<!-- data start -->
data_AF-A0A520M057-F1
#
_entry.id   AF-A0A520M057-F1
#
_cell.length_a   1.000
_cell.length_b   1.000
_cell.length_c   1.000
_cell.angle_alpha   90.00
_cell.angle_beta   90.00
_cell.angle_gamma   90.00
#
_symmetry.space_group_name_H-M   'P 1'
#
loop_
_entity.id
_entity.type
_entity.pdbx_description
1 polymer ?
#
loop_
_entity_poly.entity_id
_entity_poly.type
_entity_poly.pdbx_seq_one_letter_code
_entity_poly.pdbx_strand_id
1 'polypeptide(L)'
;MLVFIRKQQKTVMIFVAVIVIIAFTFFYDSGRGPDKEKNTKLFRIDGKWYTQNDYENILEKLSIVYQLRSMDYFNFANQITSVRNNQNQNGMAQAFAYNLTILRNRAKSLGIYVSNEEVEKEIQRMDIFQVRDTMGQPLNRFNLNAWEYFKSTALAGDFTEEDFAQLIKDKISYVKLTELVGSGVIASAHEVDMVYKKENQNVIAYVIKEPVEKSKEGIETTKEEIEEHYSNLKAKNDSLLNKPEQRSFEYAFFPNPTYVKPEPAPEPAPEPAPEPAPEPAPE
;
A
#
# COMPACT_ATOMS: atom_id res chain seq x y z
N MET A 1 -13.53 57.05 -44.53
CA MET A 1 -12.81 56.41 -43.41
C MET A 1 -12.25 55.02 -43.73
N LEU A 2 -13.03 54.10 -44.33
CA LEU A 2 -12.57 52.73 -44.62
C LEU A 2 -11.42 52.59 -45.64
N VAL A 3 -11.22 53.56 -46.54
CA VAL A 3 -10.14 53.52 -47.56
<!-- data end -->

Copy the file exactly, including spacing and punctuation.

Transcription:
data_AF-A0A520M057-F1
#
_entry.id   AF-A0A520M057-F1
#
_cell.length_a   1.000
_cell.length_b   1.000
_cell.length_c   1.000
_cell.angle_alpha   90.00
_cell.angle_beta   90.00
_cell.angle_gamma   90.00
#
_symmetry.space_group_name_H-M   'P 1'
#
loop_
_entity.id
_entity.type
_entity.pdbx_description
1 polymer ?
#
loop_
_entity_poly.entity_id
_entity_poly.type
_entity_poly.pdbx_seq_one_letter_code
_entity_poly.pdbx_strand_id
1 'polypeptide(L)'
;MLVFIRKQQKTVMIFVAVIVIIAFTFFYDSGRGPDKEKNTKLFRIDGKWYTQNDYENILEKLSIVYQLRSMDYFNFANQITSVRNNQNQNGMAQAFAYNLTILRNRAKSLGIYVSNEEVEKEIQRMDIFQVRDTMGQPLNRFNLNAWEYFKSTALAGDFTEEDFAQLIKDKISYVKLTELVGSGVIASAHEVDMVYKKENQNVIAYVIKEPVEKSKEGIETTKEEIEEHYSNLKAKNDSLLNKPEQRSFEYAFFPNPTYVKPEPAPEPAPEPAPEPAPEPAPE
;
A
#
# COMPACT_ATOMS: atom_id res chain seq x y z
N MET A 1 -13.53 57.05 -44.53
CA MET A 1 -12.81 56.41 -43.41
C MET A 1 -12.25 55.02 -43.73
N LEU A 2 -13.03 54.10 -44.33
CA LEU A 2 -12.57 52.73 -44.62
C LEU A 2 -11.42 52.59 -45.64
N VAL A 3 -11.22 53.56 -46.54
CA VAL A 3 -10.14 53.52 -47.56